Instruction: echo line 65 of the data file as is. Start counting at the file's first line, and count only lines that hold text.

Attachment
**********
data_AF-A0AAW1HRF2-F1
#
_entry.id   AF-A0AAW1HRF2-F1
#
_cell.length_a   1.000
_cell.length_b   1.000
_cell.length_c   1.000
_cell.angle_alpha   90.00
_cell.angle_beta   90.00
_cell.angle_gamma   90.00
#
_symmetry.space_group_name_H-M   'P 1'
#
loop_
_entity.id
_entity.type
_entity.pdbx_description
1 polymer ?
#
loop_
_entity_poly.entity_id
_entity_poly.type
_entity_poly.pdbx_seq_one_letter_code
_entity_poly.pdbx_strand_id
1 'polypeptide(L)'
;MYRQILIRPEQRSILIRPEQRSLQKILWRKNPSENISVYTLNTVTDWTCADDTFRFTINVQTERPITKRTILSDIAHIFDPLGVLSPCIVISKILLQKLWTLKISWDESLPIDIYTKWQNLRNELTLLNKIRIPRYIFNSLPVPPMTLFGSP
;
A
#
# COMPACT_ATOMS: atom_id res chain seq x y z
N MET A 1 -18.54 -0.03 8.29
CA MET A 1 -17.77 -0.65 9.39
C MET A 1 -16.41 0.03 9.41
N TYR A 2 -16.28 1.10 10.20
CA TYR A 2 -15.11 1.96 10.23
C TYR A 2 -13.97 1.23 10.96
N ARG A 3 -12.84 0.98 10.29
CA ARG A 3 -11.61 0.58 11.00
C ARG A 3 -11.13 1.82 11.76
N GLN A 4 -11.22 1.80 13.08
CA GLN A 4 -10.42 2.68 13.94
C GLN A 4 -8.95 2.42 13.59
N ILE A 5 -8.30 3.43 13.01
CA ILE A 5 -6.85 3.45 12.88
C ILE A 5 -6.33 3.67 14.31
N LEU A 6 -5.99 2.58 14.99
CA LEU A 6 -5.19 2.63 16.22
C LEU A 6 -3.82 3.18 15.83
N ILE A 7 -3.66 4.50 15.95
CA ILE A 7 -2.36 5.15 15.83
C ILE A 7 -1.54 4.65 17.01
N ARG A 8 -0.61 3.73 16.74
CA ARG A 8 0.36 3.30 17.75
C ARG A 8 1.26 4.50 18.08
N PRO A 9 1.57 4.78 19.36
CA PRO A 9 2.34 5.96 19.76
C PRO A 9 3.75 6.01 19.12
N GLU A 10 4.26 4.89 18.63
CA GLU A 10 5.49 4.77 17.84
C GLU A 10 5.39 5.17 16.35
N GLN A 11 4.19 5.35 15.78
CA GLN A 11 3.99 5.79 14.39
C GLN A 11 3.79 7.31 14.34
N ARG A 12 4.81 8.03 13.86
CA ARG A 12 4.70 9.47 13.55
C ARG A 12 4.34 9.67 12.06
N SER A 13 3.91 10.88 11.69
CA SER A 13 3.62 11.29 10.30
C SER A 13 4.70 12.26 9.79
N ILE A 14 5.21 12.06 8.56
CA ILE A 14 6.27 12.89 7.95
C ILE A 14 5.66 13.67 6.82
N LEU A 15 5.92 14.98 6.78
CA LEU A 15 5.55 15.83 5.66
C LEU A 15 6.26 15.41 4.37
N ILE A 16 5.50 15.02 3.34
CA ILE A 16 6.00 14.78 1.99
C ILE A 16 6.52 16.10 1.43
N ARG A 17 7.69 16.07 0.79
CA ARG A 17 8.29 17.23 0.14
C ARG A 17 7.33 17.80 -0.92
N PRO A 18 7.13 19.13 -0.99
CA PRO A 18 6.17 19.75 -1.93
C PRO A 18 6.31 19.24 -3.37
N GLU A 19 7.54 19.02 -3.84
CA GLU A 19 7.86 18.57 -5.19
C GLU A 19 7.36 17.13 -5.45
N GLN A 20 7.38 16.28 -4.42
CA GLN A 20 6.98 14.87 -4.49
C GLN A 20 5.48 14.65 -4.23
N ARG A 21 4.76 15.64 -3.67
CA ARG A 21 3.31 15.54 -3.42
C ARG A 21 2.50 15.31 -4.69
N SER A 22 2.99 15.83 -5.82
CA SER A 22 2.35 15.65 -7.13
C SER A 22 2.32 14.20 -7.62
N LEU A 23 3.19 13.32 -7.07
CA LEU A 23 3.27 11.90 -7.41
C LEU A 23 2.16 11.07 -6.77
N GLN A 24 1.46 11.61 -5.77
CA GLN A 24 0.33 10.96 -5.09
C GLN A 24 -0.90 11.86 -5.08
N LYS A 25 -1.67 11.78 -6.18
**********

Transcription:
CA ARG A 12 4.70 9.47 13.55